Time for another post on Halachics!
The Jerusalem Report has an article about a Hareidi singer who sounds too much like a girl for the liking of Hareidi radio stations. The stations dropped the songs of singer Eliyahu Faizkov after receiving complaints from listeners.
Apparently, the audience of pirate haredi radio stations such as Radio 10, Kol Haneshema and Radio Beit Yisrael does not want anyone to receive the false impression that they are transgressing Jewish law.
A few months back, I blogged about an a cappella album that was released specifically for Sefirah, when many observant Jews will not listen to music played with instruments. The album used a human voice and music production technology to mimic actual instruments. At the time, I said:
The issue does present some interesting halachic possibilities. Should a computer like the one used to modify the vocal tracks be considered an instrument for the purposes of prohibiting listening to the album? Alternatively, can we rest on an essentialist doctrine that claims that even though your ears can’t tell the difference between the voice and the instruments, your ears don’t decide the halacha, and the use of instruments affects the spiritual worlds in real ways that the voice simply cannot duplicate?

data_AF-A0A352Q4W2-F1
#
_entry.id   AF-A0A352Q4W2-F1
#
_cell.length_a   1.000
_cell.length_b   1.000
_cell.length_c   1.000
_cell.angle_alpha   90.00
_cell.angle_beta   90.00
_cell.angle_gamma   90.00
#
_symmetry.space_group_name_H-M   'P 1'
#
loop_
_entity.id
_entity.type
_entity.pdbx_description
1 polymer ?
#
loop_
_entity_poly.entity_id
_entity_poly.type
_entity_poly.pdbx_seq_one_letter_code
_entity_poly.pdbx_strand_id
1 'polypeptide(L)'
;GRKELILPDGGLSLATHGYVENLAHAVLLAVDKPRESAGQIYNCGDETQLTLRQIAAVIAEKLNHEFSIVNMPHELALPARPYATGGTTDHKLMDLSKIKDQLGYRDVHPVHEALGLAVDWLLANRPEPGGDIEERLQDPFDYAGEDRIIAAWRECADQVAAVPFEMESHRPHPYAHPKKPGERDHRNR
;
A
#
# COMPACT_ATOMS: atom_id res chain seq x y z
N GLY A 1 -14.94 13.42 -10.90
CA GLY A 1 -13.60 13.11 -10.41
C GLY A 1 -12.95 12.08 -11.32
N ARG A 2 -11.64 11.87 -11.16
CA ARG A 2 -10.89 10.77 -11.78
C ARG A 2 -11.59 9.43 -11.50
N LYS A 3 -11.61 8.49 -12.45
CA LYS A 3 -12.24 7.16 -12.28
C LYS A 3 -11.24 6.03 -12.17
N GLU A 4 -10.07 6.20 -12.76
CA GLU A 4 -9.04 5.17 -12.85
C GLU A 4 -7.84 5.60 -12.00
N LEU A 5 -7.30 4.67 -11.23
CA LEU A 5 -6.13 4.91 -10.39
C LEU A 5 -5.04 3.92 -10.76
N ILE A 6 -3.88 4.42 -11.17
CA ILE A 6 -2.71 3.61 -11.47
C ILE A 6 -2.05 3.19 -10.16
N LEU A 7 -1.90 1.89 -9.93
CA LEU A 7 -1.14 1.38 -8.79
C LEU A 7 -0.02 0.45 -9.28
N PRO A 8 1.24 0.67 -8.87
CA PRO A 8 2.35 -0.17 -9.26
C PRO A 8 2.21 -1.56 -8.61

I also explained that I thought the halachic analysis missed the point, and I think the new situation demonstrates this. There is not a single posek who thinks that it is prohibited to hear a male singer, no matter how much like a woman he might sound. But radio stations (even pirate radio stations!) have an audience with appetites for a particular product. In the case of Hareidi listeners, there simply is no demand for music that sounds like it is being sung by a woman.
Maybe the lack of demand stems from ignorance over the singer’s masculinity, but my bet is that even those who are aware that the singer is male would prefer that the radio station not play his songs. I think the concern is that other Hareidim, less-connected to the Hareidi music scene, will assume that the voice is female, and that the owner of the radio is not sufficiently pious. Perhaps Faizkov needs to realign his career strategy to this reality, and seek to perform live, or perhaps with artists whose appeal is outside of the Hareidi world, where his talent for mimicking the female voice would be quite marketable.